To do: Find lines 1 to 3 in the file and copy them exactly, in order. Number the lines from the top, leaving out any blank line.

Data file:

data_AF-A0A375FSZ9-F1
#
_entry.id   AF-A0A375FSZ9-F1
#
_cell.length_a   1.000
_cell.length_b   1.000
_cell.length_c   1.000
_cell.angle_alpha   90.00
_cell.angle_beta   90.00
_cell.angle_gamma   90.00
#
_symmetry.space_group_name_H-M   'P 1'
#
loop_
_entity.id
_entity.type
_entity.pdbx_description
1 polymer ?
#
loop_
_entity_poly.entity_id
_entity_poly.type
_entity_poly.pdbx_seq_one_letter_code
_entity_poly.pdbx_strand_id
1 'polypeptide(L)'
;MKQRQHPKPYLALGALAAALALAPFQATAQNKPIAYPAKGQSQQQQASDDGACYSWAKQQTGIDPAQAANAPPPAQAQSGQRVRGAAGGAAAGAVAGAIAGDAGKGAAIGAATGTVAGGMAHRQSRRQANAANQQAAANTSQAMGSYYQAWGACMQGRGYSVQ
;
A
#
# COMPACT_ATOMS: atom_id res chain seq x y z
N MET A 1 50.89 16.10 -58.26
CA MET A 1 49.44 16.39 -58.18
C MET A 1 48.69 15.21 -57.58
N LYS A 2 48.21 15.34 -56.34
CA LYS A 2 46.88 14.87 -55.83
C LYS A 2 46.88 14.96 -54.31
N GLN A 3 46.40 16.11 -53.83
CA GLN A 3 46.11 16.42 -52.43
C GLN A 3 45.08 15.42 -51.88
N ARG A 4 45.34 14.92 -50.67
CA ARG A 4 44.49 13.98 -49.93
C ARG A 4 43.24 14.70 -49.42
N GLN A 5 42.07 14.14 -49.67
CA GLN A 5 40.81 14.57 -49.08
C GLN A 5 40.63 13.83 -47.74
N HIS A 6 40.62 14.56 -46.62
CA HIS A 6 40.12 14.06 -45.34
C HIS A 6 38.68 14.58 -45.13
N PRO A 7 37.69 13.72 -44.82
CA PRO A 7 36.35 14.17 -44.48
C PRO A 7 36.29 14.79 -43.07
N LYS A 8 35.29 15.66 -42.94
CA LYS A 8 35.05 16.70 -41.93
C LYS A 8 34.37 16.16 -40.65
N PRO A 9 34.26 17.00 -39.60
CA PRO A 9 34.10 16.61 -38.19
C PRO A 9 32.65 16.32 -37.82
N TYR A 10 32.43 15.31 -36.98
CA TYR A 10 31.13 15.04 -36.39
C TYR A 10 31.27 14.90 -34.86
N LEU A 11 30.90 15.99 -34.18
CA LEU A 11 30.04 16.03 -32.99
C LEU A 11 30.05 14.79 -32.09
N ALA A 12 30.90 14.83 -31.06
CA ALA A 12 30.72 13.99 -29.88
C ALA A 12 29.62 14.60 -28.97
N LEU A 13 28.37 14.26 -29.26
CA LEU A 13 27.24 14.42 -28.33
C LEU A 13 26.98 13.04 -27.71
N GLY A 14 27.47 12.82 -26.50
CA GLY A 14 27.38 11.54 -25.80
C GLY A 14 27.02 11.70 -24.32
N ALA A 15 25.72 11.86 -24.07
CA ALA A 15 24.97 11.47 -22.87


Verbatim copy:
data_AF-A0A375FSZ9-F1
#
_entry.id   AF-A0A375FSZ9-F1